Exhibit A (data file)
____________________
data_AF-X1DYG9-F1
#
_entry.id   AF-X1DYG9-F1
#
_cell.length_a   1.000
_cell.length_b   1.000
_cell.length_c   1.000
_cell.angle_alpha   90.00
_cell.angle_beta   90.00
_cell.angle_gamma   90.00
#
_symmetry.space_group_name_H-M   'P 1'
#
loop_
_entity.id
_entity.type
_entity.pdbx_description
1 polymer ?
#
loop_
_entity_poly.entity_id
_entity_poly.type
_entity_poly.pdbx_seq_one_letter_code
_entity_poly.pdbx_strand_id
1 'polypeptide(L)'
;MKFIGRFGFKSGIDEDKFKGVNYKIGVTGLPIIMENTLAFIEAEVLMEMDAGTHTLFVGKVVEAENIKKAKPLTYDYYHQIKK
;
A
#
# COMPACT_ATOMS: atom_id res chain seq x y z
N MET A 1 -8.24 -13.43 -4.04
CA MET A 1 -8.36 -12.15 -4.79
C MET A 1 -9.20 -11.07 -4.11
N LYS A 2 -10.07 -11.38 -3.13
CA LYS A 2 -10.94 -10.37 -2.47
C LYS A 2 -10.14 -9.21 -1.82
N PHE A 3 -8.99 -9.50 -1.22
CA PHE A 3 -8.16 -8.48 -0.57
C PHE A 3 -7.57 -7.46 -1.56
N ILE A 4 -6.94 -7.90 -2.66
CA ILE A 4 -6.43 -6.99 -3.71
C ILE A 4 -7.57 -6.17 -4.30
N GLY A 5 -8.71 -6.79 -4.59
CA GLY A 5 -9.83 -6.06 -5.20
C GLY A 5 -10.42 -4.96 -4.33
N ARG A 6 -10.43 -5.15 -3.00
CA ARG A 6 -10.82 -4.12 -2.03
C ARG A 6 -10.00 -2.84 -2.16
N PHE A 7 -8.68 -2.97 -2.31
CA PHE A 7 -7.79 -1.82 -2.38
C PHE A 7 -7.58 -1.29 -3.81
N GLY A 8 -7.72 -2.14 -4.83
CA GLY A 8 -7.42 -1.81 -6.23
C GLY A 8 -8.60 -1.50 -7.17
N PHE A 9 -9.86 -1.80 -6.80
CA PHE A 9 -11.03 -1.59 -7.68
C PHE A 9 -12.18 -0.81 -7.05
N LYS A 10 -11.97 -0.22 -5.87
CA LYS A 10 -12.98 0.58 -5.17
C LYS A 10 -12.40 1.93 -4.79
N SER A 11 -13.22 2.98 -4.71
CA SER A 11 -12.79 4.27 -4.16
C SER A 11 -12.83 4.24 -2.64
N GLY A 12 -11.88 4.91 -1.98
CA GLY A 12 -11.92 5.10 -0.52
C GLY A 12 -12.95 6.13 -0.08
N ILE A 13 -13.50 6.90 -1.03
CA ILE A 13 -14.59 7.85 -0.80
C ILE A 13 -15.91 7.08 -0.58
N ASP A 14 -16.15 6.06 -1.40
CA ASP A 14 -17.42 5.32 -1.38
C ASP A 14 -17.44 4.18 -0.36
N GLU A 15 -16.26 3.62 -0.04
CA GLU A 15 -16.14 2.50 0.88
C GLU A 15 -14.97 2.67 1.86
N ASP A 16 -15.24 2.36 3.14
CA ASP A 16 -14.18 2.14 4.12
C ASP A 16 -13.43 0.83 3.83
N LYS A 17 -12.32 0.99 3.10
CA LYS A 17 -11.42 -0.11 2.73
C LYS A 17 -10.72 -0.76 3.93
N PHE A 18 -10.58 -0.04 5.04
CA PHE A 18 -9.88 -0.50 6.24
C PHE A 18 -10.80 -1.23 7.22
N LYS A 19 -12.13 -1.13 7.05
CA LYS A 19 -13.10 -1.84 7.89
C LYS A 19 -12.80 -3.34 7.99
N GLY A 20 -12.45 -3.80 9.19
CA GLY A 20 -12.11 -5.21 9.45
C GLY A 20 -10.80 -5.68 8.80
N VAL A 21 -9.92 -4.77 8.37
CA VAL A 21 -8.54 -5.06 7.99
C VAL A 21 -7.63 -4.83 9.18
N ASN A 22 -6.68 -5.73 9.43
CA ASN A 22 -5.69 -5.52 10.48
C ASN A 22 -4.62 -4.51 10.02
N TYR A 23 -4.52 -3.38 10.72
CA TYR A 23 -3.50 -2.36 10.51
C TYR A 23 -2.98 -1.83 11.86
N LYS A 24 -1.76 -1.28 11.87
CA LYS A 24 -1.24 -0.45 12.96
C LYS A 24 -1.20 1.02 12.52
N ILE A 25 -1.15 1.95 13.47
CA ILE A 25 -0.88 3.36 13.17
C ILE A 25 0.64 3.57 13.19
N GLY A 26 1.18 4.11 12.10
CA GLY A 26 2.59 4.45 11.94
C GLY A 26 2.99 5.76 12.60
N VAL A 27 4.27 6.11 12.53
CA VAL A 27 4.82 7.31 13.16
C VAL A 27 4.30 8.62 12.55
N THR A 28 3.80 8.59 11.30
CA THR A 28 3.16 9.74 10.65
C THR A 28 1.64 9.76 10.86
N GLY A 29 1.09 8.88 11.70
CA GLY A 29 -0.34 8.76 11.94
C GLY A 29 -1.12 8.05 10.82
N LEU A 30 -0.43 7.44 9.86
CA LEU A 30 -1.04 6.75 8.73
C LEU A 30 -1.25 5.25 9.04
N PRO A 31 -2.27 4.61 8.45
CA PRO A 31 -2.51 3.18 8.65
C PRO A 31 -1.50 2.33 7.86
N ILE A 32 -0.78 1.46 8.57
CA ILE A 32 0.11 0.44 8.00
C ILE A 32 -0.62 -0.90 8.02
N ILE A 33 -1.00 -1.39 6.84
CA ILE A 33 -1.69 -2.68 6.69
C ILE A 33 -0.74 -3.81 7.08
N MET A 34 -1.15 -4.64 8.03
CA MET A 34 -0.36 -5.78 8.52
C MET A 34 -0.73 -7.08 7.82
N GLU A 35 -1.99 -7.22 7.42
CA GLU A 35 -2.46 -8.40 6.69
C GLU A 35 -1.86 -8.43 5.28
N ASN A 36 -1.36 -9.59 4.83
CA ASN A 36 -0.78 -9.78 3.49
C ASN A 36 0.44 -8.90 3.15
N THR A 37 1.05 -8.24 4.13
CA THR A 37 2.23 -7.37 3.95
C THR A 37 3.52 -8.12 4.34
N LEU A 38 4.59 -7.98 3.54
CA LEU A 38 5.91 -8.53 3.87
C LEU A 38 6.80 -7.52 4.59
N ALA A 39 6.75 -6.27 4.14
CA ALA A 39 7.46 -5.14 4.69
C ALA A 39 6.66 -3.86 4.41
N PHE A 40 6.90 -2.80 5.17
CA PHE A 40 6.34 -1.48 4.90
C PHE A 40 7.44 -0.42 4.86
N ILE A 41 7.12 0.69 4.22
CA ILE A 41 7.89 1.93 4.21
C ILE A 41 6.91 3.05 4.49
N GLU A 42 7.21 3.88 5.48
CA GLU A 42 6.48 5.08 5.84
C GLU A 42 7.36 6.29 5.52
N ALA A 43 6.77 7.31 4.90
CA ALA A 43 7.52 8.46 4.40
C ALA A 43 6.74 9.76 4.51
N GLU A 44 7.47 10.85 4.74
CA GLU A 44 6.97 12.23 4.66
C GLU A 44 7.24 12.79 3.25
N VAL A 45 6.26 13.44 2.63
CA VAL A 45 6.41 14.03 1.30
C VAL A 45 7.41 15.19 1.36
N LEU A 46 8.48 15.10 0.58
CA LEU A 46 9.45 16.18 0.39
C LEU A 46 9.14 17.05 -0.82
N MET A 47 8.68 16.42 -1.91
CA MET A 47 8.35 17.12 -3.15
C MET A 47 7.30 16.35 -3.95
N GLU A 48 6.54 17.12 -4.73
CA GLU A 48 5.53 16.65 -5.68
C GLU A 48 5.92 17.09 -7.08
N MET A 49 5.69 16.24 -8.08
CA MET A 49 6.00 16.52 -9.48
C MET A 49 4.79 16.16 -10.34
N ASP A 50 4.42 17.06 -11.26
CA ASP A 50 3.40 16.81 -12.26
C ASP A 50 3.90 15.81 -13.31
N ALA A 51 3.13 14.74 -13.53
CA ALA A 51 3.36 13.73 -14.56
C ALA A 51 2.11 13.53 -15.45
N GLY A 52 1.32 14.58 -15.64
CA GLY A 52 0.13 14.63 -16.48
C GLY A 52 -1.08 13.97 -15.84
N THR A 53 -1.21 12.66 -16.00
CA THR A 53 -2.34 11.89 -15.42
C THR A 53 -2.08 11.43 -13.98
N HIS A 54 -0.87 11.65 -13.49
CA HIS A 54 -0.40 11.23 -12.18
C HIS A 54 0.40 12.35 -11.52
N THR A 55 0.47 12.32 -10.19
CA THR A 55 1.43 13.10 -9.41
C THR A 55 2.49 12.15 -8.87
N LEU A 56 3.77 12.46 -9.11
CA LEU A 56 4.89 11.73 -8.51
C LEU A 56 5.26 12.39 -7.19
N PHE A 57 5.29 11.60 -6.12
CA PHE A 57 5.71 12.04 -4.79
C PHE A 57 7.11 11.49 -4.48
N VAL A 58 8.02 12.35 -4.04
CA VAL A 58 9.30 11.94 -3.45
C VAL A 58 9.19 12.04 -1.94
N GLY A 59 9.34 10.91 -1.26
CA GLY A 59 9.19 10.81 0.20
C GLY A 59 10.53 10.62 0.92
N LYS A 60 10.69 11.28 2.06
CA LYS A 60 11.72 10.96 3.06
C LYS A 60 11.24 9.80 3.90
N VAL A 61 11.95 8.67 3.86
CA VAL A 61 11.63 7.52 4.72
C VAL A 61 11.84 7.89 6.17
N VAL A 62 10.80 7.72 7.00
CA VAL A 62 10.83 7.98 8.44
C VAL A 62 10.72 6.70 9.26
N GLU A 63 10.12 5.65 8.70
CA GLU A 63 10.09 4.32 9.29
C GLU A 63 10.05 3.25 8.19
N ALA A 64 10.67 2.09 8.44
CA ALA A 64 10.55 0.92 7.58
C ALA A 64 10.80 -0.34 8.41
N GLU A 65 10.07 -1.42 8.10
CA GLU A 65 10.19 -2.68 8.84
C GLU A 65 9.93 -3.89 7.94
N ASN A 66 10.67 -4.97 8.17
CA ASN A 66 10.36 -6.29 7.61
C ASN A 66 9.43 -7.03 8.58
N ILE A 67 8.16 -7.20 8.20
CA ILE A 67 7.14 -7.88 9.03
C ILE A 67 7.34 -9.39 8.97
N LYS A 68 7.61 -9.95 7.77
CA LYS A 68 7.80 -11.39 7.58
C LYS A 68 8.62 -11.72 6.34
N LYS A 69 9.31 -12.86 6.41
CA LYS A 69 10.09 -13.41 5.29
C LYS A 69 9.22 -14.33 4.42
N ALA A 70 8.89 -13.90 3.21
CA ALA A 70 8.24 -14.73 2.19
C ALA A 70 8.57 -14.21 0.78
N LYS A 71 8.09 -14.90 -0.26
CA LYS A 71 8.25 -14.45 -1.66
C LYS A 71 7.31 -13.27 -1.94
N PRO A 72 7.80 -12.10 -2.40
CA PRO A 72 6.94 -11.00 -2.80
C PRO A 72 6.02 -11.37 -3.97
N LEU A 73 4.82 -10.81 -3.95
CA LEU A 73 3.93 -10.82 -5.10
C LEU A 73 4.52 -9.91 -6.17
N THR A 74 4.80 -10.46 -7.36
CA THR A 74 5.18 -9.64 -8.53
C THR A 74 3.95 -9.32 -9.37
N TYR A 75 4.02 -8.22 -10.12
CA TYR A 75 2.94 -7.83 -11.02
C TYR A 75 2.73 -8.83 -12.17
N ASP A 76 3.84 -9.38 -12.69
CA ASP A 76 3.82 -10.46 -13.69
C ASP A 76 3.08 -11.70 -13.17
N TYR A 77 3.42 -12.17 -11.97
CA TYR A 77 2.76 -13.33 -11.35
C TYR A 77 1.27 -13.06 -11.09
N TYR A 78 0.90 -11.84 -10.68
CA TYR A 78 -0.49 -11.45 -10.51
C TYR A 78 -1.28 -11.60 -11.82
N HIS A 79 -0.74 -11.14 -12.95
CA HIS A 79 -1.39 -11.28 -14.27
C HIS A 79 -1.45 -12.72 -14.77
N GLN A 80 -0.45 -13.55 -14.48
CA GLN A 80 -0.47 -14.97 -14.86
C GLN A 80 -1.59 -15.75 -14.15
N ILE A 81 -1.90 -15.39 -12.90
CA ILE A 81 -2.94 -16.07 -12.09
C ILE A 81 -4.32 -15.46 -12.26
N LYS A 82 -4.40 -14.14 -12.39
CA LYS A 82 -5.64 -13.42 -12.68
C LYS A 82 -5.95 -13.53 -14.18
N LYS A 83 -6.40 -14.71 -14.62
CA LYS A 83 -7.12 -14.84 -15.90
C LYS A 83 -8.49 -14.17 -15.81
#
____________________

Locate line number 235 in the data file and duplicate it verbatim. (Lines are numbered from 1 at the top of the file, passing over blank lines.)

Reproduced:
N LYS A 69 9.31 -12.86 6.41